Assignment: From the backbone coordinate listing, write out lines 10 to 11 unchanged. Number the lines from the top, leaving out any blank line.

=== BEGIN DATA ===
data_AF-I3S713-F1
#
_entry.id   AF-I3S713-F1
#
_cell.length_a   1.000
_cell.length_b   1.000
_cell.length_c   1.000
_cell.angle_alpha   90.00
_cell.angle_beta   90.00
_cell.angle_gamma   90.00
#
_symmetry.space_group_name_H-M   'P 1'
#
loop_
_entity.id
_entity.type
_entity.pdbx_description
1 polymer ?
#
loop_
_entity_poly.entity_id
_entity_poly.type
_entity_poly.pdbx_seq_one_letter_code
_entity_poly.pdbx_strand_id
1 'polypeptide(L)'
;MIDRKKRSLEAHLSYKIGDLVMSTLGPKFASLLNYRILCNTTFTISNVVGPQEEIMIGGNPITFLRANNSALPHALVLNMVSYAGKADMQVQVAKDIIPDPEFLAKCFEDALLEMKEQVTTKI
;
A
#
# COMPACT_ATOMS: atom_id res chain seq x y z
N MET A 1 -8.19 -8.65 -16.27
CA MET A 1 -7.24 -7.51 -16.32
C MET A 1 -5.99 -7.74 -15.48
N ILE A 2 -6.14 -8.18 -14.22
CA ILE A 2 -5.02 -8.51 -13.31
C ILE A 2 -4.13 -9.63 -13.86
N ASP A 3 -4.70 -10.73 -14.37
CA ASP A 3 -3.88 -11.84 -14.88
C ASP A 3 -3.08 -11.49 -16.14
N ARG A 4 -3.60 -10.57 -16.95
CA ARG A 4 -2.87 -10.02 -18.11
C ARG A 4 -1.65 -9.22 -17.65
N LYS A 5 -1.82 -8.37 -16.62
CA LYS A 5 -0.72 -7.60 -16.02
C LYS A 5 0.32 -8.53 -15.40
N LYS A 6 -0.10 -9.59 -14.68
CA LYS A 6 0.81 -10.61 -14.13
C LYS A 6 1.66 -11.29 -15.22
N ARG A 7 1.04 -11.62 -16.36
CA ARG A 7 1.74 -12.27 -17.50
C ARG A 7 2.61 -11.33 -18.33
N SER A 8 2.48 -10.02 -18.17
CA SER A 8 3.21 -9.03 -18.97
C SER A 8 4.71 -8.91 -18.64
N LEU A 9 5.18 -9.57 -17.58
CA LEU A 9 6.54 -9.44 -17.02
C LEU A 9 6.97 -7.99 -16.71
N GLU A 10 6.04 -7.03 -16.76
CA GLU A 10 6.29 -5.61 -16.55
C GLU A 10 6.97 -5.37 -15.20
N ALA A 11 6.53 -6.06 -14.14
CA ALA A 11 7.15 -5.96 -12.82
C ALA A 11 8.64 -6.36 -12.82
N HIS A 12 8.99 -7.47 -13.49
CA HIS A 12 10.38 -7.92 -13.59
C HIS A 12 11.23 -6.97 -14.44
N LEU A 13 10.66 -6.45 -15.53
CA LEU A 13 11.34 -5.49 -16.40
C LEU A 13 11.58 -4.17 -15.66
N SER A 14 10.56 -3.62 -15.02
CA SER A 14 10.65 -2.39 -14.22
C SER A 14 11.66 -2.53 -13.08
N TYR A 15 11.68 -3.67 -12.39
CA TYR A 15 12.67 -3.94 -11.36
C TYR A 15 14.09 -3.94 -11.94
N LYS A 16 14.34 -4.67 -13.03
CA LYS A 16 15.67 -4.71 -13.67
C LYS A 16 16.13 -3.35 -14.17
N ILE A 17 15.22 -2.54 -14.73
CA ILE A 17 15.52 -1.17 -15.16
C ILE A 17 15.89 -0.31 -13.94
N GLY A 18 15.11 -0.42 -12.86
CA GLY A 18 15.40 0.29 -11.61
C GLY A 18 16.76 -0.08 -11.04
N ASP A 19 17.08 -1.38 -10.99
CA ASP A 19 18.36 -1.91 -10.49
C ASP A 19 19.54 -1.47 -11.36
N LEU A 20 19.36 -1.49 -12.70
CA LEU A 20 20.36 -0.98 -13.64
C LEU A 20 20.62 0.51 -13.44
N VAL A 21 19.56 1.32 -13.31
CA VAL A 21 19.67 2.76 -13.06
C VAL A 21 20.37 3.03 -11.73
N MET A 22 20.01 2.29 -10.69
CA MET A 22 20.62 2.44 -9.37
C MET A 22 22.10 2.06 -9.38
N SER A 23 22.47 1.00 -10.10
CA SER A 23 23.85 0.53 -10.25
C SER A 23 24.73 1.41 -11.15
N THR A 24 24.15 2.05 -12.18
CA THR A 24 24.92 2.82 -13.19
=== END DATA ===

_cell.angle_gamma   90.00
#